Australia has given partners in the Browse liquefied natural gas project off its western coast more time to reach a final investment decision, as attempts are made to end in-fighting and quell opposition from environmentalists and landowners.
Australia has set a course of overtaking Qatar as the world's top exporter of LNG later this decade. Browse is one of a handful of LNG projects costing tens of billions of dollars under evaluation in the country.
Australia's federal and Western Australian state governments said on Tuesday each had approved amendments to so-called retention leases for the Browse Basin where the gas is located, which include extending the deadline for a final investment decision until the first half of 2013 from mid-2012.
The project has been dogged by a dispute among the partners -- Woodside Petroleum, Shell, BP, Chevron, and BHP Billiton -- over the best location to process the gas. There is also mounting external opposition to building a gas processing plant at James Price Point, which is favoured by Woodside.
"The variation will allow time to better evaluate the outcomes of front-end engineering and design work and the results of the tender processes for the development's major contracts," Woodside said in a statement to the Australian Securities Exchange.
Fifty-per cent partner Woodside in February said there were bidders for a minority stake in the project and it hoped to decide on a deal in the next few months.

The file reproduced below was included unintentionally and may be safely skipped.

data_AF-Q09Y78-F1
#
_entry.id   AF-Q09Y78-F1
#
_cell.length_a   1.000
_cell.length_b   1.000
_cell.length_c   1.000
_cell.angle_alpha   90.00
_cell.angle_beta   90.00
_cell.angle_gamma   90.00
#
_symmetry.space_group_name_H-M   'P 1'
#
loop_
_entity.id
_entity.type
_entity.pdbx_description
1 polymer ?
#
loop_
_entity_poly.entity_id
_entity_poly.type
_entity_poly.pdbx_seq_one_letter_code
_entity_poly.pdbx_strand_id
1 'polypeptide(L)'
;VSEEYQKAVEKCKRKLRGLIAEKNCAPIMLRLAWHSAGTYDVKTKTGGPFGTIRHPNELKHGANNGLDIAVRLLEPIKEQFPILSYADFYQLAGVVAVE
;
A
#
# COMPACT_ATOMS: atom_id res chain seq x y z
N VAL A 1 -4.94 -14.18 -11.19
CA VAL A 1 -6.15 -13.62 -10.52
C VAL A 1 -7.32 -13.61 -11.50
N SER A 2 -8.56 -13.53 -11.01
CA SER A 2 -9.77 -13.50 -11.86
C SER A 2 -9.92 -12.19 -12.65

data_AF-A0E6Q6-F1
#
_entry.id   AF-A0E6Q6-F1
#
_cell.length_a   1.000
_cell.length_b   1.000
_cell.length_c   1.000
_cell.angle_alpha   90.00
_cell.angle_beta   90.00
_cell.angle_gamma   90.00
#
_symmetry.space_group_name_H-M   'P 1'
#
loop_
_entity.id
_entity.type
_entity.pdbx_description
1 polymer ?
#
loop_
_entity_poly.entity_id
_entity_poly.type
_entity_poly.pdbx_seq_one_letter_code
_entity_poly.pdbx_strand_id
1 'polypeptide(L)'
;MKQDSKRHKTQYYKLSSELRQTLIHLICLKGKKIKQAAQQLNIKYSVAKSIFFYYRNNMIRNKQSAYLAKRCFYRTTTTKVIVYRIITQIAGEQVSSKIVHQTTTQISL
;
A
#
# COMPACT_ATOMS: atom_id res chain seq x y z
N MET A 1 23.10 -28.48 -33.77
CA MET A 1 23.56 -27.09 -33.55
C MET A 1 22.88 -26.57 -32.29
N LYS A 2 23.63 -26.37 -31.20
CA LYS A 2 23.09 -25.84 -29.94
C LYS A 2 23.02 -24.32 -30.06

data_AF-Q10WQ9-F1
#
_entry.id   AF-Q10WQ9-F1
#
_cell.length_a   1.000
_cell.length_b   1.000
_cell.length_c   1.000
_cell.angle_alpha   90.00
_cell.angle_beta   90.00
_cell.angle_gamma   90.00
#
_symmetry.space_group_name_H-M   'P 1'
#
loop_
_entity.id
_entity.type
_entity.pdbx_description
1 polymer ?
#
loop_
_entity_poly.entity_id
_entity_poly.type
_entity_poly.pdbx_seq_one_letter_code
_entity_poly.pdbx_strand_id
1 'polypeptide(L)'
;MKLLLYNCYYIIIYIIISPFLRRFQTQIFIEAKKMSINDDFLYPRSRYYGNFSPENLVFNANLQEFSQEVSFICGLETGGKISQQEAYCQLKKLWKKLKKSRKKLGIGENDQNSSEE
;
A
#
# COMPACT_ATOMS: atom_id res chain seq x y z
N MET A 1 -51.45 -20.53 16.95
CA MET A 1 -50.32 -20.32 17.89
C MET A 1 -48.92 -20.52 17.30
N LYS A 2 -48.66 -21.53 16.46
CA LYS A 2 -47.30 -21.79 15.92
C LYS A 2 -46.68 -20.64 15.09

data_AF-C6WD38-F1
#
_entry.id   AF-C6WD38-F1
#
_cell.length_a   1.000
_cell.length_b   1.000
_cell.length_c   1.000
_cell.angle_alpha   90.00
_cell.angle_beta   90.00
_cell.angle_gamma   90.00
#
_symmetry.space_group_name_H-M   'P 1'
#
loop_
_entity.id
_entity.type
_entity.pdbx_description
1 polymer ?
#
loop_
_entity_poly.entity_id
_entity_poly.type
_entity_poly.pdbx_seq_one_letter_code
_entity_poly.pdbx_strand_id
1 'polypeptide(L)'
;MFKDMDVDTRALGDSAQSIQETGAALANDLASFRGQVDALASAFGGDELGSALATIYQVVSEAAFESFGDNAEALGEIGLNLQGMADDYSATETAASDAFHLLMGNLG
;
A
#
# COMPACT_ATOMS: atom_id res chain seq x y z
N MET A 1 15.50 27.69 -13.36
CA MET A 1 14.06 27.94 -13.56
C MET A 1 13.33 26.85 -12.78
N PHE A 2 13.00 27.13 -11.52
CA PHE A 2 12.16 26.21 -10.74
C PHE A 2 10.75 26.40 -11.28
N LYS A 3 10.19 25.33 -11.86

China National Petroleum Corp, Japan's Osaka Gas Co , Mitsui & Co and Taiwan's CPC Corp are among bidders for the stake, sources with knowledge of a deal said at the time.
A sale would help extract early value from the project, which analysts have estimated could cost around A$30 billion.
But it also comes amid a softening in gas prices, which have dropped by nearly a third so far this year.
The Australian Conservation Foundation (ACF) is battling construction of a plant to process gas from the project along the Kimberley coastline, a remote and environmentally sensitive region in far northwestern Australia.
Environmentalists and some indigenous landowner groups want the gas piped to other locations, which they say could include areas around the existing North West Shelf gas hub further south.
"We're not against processing of the Browse gas but we think the pristine Kimberley coastline is not the place for that to happen," said Josh Meadows, an ACF spokesman. "There are facilities that are viable elsewhere."
The state government has been locked in battle with conservationists and indigenous residents over plans to compulsorily acquire the James Price Point site.
Woodside has argued the development will inject much-needed funds into the local economy, while those opposed claim the site is culturally and environmentally significant.
The Browse project also is facing a pricey labour market as well as a recently approved carbon tax. Analysts say the tax should initially have only a minor impact on the bottom line of new projects, but will inevitably erode profit margins, particularly for projects with high carbon dioxide content in the raw gas.
Japan's Inpex Corp in January signed around $70 billion worth of LNG sales and equity agreements from its Ichthys project in Australia, laying the foundations for a final investment decision on the project early next year.
Woodside dropped 1.4 per cent to $34.69, outpacing more modest declines in the broader market.